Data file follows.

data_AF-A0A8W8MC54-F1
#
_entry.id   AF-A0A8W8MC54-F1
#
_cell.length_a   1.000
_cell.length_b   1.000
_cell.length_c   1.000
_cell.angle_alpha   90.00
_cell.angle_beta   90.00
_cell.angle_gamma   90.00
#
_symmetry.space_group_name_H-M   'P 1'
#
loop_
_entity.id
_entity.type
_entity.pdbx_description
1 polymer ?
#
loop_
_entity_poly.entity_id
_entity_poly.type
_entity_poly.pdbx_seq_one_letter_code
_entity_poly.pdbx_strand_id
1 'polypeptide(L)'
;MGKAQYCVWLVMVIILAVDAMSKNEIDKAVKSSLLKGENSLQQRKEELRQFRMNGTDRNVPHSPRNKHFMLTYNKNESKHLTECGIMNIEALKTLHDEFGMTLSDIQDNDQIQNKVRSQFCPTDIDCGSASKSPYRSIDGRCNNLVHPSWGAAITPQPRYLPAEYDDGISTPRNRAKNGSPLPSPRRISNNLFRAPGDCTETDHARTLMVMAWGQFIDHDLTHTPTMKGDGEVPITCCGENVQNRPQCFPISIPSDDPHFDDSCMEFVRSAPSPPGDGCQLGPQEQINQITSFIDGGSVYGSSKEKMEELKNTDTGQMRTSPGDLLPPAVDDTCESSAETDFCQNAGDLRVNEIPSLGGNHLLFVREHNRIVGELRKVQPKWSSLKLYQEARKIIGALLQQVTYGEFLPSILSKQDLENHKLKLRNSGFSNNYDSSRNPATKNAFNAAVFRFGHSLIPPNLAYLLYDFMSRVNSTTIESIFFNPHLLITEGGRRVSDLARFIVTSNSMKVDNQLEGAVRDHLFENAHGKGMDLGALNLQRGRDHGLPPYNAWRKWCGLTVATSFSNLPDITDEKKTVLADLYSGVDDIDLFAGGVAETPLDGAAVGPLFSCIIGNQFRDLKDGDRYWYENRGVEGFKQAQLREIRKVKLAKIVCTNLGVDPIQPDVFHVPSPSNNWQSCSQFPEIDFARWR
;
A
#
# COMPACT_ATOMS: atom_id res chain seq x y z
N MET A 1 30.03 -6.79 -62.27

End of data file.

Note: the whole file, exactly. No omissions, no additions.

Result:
data_AF-A0A8W8MC54-F1
#
_entry.id   AF-A0A8W8MC54-F1
#
_cell.length_a   1.000
_cell.length_b   1.000
_cell.length_c   1.000
_cell.angle_alpha   90.00
_cell.angle_beta   90.00
_cell.angle_gamma   90.00
#
_symmetry.space_group_name_H-M   'P 1'
#
loop_
_entity.id
_entity.type
_entity.pdbx_description
1 polymer ?
#
loop_
_entity_poly.entity_id
_entity_poly.type
_entity_poly.pdbx_seq_one_letter_code
_entity_poly.pdbx_strand_id
1 'polypeptide(L)'
;MGKAQYCVWLVMVIILAVDAMSKNEIDKAVKSSLLKGENSLQQRKEELRQFRMNGTDRNVPHSPRNKHFMLTYNKNESKHLTECGIMNIEALKTLHDEFGMTLSDIQDNDQIQNKVRSQFCPTDIDCGSASKSPYRSIDGRCNNLVHPSWGAAITPQPRYLPAEYDDGISTPRNRAKNGSPLPSPRRISNNLFRAPGDCTETDHARTLMVMAWGQFIDHDLTHTPTMKGDGEVPITCCGENVQNRPQCFPISIPSDDPHFDDSCMEFVRSAPSPPGDGCQLGPQEQINQITSFIDGGSVYGSSKEKMEELKNTDTGQMRTSPGDLLPPAVDDTCESSAETDFCQNAGDLRVNEIPSLGGNHLLFVREHNRIVGELRKVQPKWSSLKLYQEARKIIGALLQQVTYGEFLPSILSKQDLENHKLKLRNSGFSNNYDSSRNPATKNAFNAAVFRFGHSLIPPNLAYLLYDFMSRVNSTTIESIFFNPHLLITEGGRRVSDLARFIVTSNSMKVDNQLEGAVRDHLFENAHGKGMDLGALNLQRGRDHGLPPYNAWRKWCGLTVATSFSNLPDITDEKKTVLADLYSGVDDIDLFAGGVAETPLDGAAVGPLFSCIIGNQFRDLKDGDRYWYENRGVEGFKQAQLREIRKVKLAKIVCTNLGVDPIQPDVFHVPSPSNNWQSCSQFPEIDFARWR
;
A
#
# COMPACT_ATOMS: atom_id res chain seq x y z
N MET A 1 30.03 -6.79 -62.27